He spoke of the 'prejudice' about xenophobia in Germany, and pointed out that Germany had taken on a much greater burden, in terms of foreign asylum-seekers, than any other European country. Last year, Mr Kohl emphasised, 440,000 asylum- seekers arrived in Germany: 79 per cent of those arriving in the entire European Community. At the same time, however, he again seemed determined to avoid looking at the tragedy in human terms, or as a problem with which German society urgently needs to grapple.
Instead, he spoke in strictly diplomatic terms, about the importance of friendship with Turkey. He complained of 'hypocrisy' when Germans 'of particular political views' disparaged the human rights policies of Turkey, one of Germany's 'most reliable allies'. He complained about 'Turkish extremists', of whom he claimed there were 30,000; he appeared to imply that Turkish violence was equivalent to the anti-Turkish violence.
Mr Kohl talked of an easing of the citizenship laws: for example, any foreigner who has lived legally in Germany for 15 years will be able to apply for citizenship. Mr Kohl said that dual citizenship should basically 'be avoided', but added that new legislation would make dual citizenship permissible, in some circumstances.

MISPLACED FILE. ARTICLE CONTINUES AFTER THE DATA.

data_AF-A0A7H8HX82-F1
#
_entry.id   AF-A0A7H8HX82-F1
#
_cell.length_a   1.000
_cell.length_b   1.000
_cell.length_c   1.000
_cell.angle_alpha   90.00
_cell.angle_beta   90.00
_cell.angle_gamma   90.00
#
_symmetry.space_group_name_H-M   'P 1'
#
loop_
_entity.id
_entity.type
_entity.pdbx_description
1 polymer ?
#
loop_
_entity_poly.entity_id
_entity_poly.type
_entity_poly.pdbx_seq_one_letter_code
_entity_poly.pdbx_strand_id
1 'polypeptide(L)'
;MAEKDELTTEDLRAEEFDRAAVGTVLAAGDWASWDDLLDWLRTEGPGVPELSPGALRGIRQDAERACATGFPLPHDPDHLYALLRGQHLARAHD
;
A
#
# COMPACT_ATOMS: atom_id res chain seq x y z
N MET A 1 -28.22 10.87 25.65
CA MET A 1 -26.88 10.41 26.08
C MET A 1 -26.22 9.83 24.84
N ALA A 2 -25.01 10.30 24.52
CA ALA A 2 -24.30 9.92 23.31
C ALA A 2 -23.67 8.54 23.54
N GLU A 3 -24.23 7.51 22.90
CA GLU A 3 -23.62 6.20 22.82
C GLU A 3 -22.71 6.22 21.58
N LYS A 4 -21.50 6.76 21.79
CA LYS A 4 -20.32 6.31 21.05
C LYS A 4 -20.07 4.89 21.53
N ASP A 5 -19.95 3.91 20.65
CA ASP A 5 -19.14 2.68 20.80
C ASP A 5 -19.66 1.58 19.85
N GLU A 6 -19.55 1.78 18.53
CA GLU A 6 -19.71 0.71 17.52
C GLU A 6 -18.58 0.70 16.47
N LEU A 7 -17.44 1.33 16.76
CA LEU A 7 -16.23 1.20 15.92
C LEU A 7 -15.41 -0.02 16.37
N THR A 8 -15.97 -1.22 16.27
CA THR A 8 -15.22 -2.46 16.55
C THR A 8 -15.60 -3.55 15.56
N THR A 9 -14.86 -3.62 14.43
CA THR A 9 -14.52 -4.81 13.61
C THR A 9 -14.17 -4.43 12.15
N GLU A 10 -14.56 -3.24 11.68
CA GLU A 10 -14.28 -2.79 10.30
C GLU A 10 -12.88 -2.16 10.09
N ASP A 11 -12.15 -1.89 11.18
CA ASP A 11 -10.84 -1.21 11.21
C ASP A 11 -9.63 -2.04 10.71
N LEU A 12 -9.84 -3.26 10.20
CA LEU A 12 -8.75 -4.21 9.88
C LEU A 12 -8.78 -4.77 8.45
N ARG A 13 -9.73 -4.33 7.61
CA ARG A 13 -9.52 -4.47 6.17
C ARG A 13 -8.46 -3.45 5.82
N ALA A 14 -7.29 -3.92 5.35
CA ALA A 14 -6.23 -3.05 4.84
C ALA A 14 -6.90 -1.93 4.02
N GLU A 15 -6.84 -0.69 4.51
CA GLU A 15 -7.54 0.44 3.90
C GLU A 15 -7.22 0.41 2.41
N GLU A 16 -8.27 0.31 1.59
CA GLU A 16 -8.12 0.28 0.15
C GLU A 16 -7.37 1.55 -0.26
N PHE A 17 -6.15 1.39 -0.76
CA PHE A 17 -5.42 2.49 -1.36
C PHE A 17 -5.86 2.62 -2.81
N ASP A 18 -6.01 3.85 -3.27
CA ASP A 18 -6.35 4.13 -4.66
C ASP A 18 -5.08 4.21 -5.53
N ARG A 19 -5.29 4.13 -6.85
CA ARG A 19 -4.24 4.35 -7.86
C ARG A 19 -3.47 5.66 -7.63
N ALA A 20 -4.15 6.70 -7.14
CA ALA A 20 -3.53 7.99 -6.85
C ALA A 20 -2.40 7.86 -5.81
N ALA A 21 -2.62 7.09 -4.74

In an apparent attempt to pass the responsibility down the line from Bonn, Mr Kohl suggested that Germany's regional states, the Lander were, above all, responsible for dealing with the nationwide problem of racism and racist attacks. He added: 'Whoever is responsible, has the duty to act.'
Johannes Rau, acting leader of the opposition Social Democrats, who issued a joint appeal with Mr Kohl immediately after the killings in Solingen last month, emphasised that there were no easy solutions. But he suggested that Germany must share the responsibility for the violent minority, who Mr Kohl has described as 'asocial individuals'.
Mr Rau argued yesterday: 'The young people who commit xenophobic violence have not fallen out of the sky. They are children of our society. They are not acting in a vacuum. Their actions are, it seems to me, an extreme expression of a deep crisis of direction in our country.' Mr Rau accused Mr Kohl of 'taking an old stag to fresh water' - trotting out old cliches, in new circumstances. Mr Kohl argued that ultra-liberal education, and a loss of traditional values, was partly to blame for the violence.
Cornelia Schmalz-Jacobsen, the government official responsible for foreigners, again took issue with the complacency that political leaders have shown so far. She talked of the 'no longer deniable fact' that the potential for right-wing violence had grown, which 'nobody took seriously'. Ms Schmalz-Jacobsen complained: 'The existing law on foreigners creates a permanent distance between Germans and foreigners. It is high time to change it radically.' Commenting on the proposed new voting rights for EC citizens, under the terms of the Maastricht treaty, she added: 'We run the danger of creating a two-class society of foreigners in Germany.'
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